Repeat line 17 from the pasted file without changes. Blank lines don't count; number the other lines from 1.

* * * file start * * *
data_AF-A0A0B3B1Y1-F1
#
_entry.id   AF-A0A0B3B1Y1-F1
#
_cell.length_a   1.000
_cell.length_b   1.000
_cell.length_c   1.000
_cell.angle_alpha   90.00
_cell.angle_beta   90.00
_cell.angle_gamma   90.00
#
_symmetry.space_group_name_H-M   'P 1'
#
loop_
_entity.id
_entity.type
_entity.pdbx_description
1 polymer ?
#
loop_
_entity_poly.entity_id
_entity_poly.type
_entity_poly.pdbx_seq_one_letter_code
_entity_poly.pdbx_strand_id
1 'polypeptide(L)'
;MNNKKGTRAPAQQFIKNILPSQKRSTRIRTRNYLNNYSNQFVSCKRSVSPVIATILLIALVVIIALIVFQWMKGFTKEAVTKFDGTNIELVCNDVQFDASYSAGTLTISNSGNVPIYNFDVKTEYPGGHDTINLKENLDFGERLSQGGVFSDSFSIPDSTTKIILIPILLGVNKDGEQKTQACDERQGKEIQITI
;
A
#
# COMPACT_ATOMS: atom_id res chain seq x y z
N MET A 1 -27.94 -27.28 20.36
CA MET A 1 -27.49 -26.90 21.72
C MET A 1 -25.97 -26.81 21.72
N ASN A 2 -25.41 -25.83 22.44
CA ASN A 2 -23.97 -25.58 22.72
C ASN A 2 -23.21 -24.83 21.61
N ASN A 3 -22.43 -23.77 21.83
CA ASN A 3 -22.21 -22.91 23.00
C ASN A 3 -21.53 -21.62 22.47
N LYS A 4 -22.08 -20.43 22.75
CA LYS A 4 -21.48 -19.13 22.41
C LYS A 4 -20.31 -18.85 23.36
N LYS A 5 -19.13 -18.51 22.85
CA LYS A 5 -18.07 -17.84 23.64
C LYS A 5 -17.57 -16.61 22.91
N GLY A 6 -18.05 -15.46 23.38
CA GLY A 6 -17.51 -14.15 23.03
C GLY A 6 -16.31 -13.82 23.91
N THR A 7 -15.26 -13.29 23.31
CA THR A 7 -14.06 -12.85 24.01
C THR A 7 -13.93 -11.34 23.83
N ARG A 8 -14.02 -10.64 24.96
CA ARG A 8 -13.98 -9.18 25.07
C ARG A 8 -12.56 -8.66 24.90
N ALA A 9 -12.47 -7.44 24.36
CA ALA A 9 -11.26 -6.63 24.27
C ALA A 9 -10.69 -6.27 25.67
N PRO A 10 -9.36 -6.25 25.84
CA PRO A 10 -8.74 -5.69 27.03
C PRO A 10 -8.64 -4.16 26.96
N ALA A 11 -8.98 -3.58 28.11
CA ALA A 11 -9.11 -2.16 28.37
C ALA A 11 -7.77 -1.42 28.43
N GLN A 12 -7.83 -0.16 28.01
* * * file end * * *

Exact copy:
_entity.pdbx_description